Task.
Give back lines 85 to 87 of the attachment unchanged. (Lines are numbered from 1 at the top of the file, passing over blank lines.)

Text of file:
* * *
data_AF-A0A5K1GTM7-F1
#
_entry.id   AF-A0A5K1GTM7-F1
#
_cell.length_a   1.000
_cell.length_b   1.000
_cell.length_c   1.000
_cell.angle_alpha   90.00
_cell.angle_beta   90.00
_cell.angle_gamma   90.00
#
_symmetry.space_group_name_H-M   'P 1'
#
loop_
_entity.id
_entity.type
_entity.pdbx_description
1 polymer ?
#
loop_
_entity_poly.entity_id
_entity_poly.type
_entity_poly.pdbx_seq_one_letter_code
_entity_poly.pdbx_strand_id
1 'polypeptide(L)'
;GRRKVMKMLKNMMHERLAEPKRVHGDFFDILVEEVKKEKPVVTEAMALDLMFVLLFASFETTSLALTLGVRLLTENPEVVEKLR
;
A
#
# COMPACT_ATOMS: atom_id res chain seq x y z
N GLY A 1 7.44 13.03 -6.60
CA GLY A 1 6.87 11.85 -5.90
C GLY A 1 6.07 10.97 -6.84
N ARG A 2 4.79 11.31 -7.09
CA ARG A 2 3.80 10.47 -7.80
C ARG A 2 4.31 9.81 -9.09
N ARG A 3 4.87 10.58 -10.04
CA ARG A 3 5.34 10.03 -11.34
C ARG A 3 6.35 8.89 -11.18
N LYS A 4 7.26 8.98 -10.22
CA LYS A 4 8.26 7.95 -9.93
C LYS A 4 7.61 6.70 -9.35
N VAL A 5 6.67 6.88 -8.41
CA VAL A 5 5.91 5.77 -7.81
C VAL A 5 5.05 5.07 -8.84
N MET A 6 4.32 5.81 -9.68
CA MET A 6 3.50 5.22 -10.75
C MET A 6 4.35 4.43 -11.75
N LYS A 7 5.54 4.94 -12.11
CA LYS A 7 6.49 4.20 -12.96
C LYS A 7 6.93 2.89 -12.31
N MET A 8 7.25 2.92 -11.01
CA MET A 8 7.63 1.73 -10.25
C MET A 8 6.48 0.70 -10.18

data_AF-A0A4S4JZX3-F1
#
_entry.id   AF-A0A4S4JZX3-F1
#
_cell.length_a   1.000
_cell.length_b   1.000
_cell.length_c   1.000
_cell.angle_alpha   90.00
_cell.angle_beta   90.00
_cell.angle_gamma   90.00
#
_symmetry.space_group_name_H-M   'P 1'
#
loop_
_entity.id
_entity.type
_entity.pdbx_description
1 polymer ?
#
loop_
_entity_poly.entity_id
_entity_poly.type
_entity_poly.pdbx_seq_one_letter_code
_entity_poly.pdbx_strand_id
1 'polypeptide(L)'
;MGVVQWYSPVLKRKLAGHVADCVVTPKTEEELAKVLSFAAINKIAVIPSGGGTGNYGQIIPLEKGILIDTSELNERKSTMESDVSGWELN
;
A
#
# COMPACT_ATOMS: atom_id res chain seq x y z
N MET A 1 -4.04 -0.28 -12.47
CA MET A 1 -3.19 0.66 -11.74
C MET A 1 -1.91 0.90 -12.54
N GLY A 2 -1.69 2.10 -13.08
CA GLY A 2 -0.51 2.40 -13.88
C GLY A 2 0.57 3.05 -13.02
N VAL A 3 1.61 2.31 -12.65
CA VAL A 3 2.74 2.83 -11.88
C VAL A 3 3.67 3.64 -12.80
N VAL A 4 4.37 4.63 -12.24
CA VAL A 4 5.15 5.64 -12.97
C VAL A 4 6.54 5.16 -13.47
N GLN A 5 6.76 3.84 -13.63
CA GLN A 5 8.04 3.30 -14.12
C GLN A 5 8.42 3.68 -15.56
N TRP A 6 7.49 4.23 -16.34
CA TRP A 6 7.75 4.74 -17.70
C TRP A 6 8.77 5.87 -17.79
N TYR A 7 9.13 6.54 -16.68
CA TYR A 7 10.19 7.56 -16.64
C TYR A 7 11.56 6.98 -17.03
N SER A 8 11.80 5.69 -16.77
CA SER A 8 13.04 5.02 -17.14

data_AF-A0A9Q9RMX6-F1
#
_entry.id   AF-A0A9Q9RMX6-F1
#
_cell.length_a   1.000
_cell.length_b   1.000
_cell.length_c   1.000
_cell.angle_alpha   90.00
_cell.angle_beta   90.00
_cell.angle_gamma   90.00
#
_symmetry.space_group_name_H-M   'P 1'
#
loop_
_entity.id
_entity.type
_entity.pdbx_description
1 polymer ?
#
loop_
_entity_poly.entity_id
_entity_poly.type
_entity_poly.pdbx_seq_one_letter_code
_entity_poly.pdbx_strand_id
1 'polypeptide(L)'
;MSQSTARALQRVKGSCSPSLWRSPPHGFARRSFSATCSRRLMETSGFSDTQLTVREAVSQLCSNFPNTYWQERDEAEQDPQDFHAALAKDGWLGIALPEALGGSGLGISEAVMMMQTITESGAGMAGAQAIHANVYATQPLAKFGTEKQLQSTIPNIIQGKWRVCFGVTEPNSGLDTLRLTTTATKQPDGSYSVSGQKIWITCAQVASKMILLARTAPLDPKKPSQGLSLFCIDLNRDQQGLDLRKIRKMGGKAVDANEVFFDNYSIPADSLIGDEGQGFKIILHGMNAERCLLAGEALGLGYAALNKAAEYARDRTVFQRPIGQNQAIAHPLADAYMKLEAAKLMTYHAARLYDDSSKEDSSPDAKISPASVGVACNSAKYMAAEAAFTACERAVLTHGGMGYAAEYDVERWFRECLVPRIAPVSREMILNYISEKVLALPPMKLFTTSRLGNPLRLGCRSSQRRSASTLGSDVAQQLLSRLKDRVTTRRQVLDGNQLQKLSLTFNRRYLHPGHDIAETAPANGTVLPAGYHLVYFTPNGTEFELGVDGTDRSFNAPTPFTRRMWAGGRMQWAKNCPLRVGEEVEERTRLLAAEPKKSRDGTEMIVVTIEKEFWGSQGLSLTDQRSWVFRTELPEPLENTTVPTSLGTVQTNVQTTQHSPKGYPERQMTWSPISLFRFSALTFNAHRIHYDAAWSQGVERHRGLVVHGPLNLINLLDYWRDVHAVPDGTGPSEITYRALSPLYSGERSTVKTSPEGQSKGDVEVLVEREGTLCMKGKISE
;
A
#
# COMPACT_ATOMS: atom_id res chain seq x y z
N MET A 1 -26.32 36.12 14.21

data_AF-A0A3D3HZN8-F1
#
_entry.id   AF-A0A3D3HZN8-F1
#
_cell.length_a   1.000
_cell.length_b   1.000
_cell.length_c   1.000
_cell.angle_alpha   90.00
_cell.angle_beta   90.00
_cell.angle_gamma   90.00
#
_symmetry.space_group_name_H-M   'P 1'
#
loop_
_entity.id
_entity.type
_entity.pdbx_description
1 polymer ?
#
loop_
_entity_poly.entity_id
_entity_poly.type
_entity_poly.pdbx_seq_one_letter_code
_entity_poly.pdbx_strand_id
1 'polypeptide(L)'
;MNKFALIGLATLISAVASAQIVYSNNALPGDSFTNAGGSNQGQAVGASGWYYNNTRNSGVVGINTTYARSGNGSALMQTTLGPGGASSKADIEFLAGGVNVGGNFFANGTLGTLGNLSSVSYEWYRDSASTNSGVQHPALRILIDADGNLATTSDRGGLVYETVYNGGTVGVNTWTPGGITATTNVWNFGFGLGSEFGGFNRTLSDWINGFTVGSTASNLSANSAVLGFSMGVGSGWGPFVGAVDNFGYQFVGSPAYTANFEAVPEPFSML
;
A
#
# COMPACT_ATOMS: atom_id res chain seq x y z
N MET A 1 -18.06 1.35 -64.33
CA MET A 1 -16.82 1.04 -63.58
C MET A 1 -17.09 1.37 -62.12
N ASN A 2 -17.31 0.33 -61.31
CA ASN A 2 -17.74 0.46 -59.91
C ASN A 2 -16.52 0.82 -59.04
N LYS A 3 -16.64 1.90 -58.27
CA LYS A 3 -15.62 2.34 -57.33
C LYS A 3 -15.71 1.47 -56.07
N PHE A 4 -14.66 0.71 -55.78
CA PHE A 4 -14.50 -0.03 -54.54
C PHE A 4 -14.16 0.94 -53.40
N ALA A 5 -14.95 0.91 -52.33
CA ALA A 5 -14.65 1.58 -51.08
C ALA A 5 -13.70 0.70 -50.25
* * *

N MET A 1 -4.04 -0.28 -12.47
CA MET A 1 -3.19 0.66 -11.74
C MET A 1 -1.91 0.90 -12.54